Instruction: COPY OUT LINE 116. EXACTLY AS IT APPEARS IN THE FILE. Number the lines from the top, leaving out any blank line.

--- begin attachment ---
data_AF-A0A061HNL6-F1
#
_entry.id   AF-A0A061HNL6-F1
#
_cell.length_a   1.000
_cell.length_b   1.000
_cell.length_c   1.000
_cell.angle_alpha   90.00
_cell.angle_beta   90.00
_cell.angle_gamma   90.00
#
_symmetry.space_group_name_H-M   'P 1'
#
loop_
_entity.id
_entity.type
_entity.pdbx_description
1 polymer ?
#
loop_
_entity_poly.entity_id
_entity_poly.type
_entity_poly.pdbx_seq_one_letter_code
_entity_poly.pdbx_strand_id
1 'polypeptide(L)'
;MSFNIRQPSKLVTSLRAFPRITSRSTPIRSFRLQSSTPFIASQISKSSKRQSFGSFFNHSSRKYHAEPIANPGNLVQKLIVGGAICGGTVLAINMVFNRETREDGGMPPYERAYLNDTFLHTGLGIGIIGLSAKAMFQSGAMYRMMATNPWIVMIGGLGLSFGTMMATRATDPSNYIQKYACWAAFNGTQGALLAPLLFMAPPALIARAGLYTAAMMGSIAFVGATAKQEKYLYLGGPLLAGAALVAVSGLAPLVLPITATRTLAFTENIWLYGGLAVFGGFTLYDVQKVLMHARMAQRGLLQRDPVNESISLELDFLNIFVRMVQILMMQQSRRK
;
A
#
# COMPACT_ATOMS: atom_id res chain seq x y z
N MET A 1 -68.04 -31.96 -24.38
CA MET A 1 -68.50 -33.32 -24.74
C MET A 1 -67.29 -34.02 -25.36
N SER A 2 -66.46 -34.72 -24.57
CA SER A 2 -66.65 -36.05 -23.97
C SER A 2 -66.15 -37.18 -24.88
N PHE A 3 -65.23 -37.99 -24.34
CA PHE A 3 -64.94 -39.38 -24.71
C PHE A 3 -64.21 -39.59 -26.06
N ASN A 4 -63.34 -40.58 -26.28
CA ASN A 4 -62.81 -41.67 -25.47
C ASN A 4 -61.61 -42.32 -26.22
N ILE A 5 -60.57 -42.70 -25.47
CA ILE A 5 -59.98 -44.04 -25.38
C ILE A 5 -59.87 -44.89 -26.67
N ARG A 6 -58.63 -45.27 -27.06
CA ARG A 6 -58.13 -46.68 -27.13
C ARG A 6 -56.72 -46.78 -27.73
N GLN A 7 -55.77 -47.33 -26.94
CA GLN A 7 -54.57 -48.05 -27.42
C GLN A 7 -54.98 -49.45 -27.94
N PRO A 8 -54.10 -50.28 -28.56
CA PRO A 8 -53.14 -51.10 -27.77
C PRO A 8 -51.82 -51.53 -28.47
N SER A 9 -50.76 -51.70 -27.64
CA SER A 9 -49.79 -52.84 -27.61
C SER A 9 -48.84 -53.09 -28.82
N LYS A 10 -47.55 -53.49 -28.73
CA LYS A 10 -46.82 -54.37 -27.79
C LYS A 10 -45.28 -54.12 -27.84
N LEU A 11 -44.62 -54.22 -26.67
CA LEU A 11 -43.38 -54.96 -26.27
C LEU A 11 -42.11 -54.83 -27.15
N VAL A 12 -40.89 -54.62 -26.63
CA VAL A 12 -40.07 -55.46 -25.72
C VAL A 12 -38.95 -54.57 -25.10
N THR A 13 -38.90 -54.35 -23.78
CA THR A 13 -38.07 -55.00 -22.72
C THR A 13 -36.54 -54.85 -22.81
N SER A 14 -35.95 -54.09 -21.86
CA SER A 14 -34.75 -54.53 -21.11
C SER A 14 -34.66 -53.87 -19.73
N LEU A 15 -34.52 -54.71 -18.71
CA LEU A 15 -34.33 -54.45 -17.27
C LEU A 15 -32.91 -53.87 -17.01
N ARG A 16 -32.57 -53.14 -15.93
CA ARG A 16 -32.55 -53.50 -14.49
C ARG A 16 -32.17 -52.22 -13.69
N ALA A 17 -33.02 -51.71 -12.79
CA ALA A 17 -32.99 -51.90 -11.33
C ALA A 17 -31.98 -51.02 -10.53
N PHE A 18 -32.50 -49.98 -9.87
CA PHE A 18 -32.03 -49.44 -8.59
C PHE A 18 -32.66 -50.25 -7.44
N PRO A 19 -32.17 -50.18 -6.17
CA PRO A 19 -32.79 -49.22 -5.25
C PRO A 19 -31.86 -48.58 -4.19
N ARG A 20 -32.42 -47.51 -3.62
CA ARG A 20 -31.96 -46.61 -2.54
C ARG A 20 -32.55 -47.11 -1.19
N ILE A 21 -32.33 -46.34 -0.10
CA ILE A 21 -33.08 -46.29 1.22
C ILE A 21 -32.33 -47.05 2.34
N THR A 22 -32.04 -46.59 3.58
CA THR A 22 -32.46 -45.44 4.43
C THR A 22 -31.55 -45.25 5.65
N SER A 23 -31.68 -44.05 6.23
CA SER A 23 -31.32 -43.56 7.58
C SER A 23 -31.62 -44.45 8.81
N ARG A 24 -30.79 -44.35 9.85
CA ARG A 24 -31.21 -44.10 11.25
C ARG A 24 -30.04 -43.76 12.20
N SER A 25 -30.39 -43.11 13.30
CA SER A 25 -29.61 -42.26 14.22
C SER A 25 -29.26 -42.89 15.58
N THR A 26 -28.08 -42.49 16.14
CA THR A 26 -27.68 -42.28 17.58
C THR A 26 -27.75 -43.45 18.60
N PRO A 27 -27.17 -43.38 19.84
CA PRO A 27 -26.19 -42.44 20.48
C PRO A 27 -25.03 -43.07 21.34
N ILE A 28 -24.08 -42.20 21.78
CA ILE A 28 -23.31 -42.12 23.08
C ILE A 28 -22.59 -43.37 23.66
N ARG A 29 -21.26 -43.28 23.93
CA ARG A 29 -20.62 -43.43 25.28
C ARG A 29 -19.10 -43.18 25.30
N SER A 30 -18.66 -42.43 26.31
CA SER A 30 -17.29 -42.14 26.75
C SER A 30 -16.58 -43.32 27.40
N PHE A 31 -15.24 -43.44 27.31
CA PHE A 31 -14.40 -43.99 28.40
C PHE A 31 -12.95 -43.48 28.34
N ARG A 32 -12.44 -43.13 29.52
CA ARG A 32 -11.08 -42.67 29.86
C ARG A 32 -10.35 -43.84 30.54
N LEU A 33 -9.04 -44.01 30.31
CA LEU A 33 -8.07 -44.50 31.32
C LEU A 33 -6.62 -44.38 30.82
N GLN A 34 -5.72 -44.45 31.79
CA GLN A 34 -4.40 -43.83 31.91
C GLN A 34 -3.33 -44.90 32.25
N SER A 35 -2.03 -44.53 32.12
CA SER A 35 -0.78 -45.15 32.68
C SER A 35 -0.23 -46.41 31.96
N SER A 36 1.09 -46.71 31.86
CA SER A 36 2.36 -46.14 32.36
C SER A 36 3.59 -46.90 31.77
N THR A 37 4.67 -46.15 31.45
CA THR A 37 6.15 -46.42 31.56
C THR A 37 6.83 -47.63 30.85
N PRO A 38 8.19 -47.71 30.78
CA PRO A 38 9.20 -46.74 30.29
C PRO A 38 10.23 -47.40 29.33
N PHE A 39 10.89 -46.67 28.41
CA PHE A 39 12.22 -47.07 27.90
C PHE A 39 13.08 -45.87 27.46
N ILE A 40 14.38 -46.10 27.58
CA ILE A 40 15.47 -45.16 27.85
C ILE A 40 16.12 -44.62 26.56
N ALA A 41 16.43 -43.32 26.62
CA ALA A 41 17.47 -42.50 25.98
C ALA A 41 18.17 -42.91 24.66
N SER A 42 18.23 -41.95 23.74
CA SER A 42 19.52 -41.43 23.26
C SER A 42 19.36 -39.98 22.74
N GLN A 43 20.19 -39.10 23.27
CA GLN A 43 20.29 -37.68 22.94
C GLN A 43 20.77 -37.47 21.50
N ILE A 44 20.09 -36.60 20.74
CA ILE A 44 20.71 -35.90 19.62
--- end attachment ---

CA ARG A 29 -20.62 -43.43 25.28